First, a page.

5.0-MJ/d
high initiated

diets
carbohyobservaof the and
Nutr

Alto, CA.
2

Diabetes of

and Teaching Hospital, 1211,

moderate,

Unit, Geneva

Department

Medicine, 14, 1994. October © 1996

14, Switzerland.

a comparison several

Received
Accepted

November
for publication

carbohydrate
Am J Clin

17, American

1995. Society for Clinical Nutrition

1996;63:174-8.

Printed

in USA.

WEIGHT
Baseline listed distribution, characteristics in Table age, 1. The body one diets
foods.

LOSS
experimental

WITH

LOWgroups are of sex

OR

HIGH-CARBOHYDRATE
TABLE Composition

DIETS

I 75

of groups mass of the are

the

two

2
of diets’ 15% Carbohydrate 4214 37±5 15±5 60±5 53±5
± 315

were index,

comparable and blood

in terms pressure.

After
were tions
sisted

baseline
on two
natural

metabolic

data
two shown Recipes A 7-d nutrient

were

acquired,
diets. 2. Both of but from menu meals and among

the

patients
ComposiEnergy (g/d) (kI/d)

45%

Carbohydrate 4296
± 320

started of the
of

experimental in Table and rotational composition of menus

diets used. offered

confood The di-

Carbohydrate
115±14 45±5 30±5 26±5

various was

items menus verse rotation

were foods.

standardized. similar Itemized for the

(%)
Fat

provided menu

(g/d)

compositions low-carbohydrate

I d of the

high-carbohydrate breakfast snack (12%).
(22%),

(%) Protein
(gld)

diets are given Daily energy lunch (33%),

in Table 3. intake was distributed dinner (33%), and

79±9
32±5
±

73±5
29±5

(%)
‘:

Downloaded from www.ajcn.org at Univ of Colorado Hlth Sci Ctr Denison Mem Lib on September 30, 2007

bedtime

The

SD.

total energy and protein contents of the Energy intake was carefully measured subjects present compliance once a week The were during with during instructed each meal the the diet, to eat patients all foods to improve

two diets were similar. for each patient. All and compliance. a l-d These a dietitian To food food was verify record records (22), sition icantly age (skinfold and bioelectrical as assessed and expressed and impedance by these linear (r
=

analysis two 0.64,

(23). P <

Body were

composignifPercent-

values of fat was

techniques two

completed study.

correlated thickness

0.0001).

6 wk of the was

as a mean bioelectrical

of these

measurements

took
count.

the quality
software

and

the quantity
PRODI3+

of food
used

consumed
to calculate

into
tables (15).

acused

impedance).

alimen-

Data
with the

are expressed
general-linear-models

as means

± SEMs
procedure

and

were

analyzed
Insti-

tary plans and food records were from Souci et al (14)

(13). Food composition and Renaud and Attil

of SAS

(SAS

The absolute

amount

of carbohydrate
diet than in the

was three

times

higher
diet

tute mc, Cary, NC). To evaluate the difference groups of obese patients, before and after

between the two weight loss, data

in the 45%-carbohydrate

15%-carbohydrate

were

analyzed

by two-way
approach

analysis

of variance,
25).

with

the mul-

(1 15 ± 14 compared
less in the

with

45%-carbohydrate

37 ± S g), and the amount diet (30 ± 5 compared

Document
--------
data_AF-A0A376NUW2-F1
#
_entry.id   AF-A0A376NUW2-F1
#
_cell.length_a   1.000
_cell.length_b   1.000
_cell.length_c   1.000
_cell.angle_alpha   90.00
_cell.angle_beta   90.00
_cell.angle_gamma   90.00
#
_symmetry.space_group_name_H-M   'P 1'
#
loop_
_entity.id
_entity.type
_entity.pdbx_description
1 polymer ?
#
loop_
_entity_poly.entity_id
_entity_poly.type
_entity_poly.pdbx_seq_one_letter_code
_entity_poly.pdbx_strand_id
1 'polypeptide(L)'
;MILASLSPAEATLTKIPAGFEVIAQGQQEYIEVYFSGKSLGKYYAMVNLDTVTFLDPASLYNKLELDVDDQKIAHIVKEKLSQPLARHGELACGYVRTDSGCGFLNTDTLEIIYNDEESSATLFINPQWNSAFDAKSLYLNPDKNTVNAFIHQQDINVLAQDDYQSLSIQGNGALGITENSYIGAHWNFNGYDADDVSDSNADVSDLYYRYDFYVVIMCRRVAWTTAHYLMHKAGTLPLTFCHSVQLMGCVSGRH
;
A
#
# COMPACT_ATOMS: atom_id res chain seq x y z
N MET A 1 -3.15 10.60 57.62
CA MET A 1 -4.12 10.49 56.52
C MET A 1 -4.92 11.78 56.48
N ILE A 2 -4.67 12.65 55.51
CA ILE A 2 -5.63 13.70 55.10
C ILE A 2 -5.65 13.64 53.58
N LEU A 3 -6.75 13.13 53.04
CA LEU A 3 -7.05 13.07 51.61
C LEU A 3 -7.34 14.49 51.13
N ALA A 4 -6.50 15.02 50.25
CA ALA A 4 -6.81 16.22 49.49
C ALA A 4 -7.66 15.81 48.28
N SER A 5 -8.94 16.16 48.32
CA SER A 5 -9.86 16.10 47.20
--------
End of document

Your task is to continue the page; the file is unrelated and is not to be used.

similar amounts (‘‘230 mg/d). of

of fat was with 60 ±
saturated fat

tiple-comparison

of Scheff#{233}(24,

5 g). Both diets contained (‘ 14 g/d) and cholesterol

RESULTS Values cumferences, in Table for total body weight, body fat, waist and hip cirgiven be-

Blood was drawn after a 14-h overnight fast before and after 6 wk of the low-energy diets for measurements of plasma glucose ( 16), plasma immunoreactive insulin ( 17), cholesterol ( 18), high-density-lipoprotein (HDL)-cholesterol, and triacylglycerol concentrations ( 19). Nitrogen balance was measured to compare the protein-sparing effect of the two low-energy
diets. (20). Urinary nitrogen was measured by the Kjeldahl method

and 4. These

waist-to-hip ratio values were not

before the significantly

diets are different

tween the two groups at baseline nor was there a significant difference in the amount of weight loss in response to diets
containing body decreased fat, either waist 15% and or 45% hip
vary

carbohydrate. and and of diet groups, percentage

Furthermore, waist-to-hip the fat magnitude loss were composition.

total ratio of The more

circumference, in both as a function and the

significantly

Twenty-four-hour and average daily
these mated mg/kg calculated umental six on body by losses) collections. the basis wt,

urine urinary

samples were collected every week loss was computed on the basis of
and Daily stool losses studies: nitrogen (urine, stool, were 5 and balance and integesti10 was reported output input.

the changes
percentage
similar in

did not
weight

loss

Integumental of previously (21). total dietary respectively

the two groups Daily dietary nitrogen (1 5%-carbohydrate diet)

than were the absolute changes. intake was similar [12.6 ± 0.3 g compared with 1 1 .7 ± 0.2 g (45%were not significantly diet) compared with

subtracting from

carbohydrate diet)] and nitrogen losses different [13.9 ± 1.7 g (15%-carbohydrate

Body fat composition and determined by two different
measurements at biceps, triceps,

percentage techniques:
subscapula,